Book VII - Chapter XI - How Sir Beaumains suffered great rebukes of the damosel, and he suffered it patiently.
DAMOSEL, said Beaumains, ye are uncourteous so to rebuke me as ye do, for meseemeth I have done you good service, and ever ye threaten me I shall be beaten with knights that we meet, but ever for all your boast they lie in the dust or in the mire, and therefore I pray you rebuke me no more; and when ye see me beaten or yielden as recreant, then may ye bid me go from you shamefully; but first I let you wit I will not depart from you, for I were worse than a fool an I would depart from you all the while that I win worship. Well, said she, right soon there shall meet a knight shall pay thee all thy wages, for he is the most man of worship of the world, except King Arthur. I will well, said Beaumains, the more he is of worship, the more shall be my worship to have ado with him.
Then anon they were ware where was afore them a city rich and fair. And betwixt them and the city a mile and an half there was a fair meadow that seemed new mown, and therein were many pavilions fair to behold. Lo, said the damosel, yonder is a lord that owneth yonder city, and his custom is, when the weather is fair, to lie in this meadow to joust and tourney. And ever there be about him five hundred knights and gentlemen of arms, and there be all manner of games that any gentleman can devise. That goodly lord, said Beaumains, would I fain see. Thou shalt see him time enough, said the damosel, and so as she rode near she espied the pavilion where he was. Lo, said she, seest thou yonder pavilion that is all of the colour of Inde, and all manner of thing that there is about, men and women, and horses trapped, shields and spears were all of the colour of Inde, and his name is Sir Persant of Inde, the most lordliest knight that ever thou lookedst on. It may well be, said Beaumains, but be he never so stout a knight, in this field I shall abide till that I see him under his shield. Ah, fool, said she, thou wert better flee betimes. Why, said Beaumains, an he be such a knight as ye make him, he will not set upon me with all his men, or with his five hundred knights. For an there come no more but one at once, I shall him not fail whilst my life lasteth. Fie, fie, said the damosel, that ever such a stinking knave should blow such a boast. Damosel, he said, ye are to blame so to rebuke me, for I had liefer do five battles than so to be rebuked, let him come and then let him do his worst.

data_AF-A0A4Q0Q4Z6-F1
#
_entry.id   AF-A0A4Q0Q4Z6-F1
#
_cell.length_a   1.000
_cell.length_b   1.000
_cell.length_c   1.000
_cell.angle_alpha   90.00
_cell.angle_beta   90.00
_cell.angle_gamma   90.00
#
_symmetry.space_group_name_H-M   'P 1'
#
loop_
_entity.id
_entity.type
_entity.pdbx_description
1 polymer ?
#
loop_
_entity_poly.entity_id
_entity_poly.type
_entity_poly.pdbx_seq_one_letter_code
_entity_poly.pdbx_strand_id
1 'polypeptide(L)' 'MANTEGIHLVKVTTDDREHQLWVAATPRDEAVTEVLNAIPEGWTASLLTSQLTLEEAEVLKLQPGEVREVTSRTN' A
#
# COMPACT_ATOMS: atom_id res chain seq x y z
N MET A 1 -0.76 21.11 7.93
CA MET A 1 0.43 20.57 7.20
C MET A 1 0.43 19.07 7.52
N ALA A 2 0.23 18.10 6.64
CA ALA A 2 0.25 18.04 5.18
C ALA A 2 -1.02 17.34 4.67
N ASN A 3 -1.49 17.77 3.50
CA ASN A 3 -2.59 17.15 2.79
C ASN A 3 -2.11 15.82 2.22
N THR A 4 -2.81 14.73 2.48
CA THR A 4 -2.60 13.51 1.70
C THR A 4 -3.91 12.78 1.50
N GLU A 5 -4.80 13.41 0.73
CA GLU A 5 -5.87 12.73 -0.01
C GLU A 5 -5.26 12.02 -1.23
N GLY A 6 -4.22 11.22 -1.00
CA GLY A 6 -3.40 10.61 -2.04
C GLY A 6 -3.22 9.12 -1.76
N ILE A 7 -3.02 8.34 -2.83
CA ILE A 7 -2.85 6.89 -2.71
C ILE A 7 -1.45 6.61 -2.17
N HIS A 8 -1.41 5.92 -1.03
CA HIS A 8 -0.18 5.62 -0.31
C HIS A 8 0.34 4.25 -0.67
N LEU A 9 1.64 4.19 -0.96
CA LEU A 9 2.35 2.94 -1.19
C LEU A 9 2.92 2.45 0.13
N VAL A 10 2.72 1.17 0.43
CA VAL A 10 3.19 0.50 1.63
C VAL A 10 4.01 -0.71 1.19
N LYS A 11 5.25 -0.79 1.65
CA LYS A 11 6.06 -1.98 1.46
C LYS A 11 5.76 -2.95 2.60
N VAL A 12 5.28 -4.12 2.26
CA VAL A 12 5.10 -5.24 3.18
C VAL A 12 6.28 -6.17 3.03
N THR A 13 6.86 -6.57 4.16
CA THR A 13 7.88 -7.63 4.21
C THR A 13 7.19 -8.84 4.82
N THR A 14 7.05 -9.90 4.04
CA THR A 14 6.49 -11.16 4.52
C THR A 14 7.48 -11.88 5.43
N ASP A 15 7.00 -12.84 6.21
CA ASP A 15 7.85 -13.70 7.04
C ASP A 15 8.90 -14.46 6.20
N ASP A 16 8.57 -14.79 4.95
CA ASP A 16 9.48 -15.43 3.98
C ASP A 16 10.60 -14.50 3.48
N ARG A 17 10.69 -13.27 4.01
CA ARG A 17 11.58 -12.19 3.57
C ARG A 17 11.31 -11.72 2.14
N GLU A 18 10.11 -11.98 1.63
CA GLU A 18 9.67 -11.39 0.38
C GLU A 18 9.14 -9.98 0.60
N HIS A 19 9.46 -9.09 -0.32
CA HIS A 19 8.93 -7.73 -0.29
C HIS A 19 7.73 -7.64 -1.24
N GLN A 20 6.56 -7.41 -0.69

Sir, she said, I marvel what thou art and of what kin thou art come; boldly thou speakest, and boldly thou hast done, that have I seen; therefore I pray thee save thyself an thou mayest, for thy horse and thou have had great travail, and I dread we dwell over long from the siege, for it is but hence seven mile, and all perilous passages we are passed save all only this passage; and here I dread me sore lest ye shall catch some hurt, therefore I would ye were hence, that ye were not bruised nor hurt with this strong knight. But I let you wit that Sir Persant of Inde is nothing of might nor strength unto the knight that laid the siege about my lady. As for that, said Sir Beaumains, be it as it be may. For sithen I am come so nigh this knight I will prove his might or I depart from him, and else I shall be shamed an I now withdraw me from him. And therefore, damosel, have ye no doubt by the grace of God I shall so deal with this knight that within two hours after noon I shall deliver him. And then shall we come to the siege by daylight. O Jesu, marvel have I, said the damosel, what manner a man ye be, for it may never be otherwise but that ye be come of a noble blood, for so foul nor shamefully did never woman rule a knight as I have done you, and ever courteously ye have suffered me, and that came never but of a gentle blood.
Damosel, said Beaumains, a knight may little do that may not suffer a damosel, for whatsomever ye said unto me I took none heed to your words, for the more ye said the more ye angered me, and my wrath I wreaked upon them that I had ado withal. And therefore all the missaying that ye missaid me furthered me in my battle, and caused me to think to show and prove myself at the end what I was; for peradventure though I had meat in King Arthur's kitchen, yet I might have had meat enough in other places, but all that I did it for to prove and assay my friends, and that shall be known another day; and whether that I be a gentleman born or none, I let you wit, fair damosel, I have done you gentleman's service, and peradventure better service yet will I do or I depart from you. Alas, she said, fair Beaumains, forgive me all that I have missaid or done against thee. With all my heart, said he, I forgive it you, for ye did nothing but as ye should do, for all your evil words pleased me; and damosel, said Beaumains, since it liketh you to say thus fair unto me, wit ye well it gladdeth my heart greatly, and now meseemeth there is no knight living but I am able enough for him.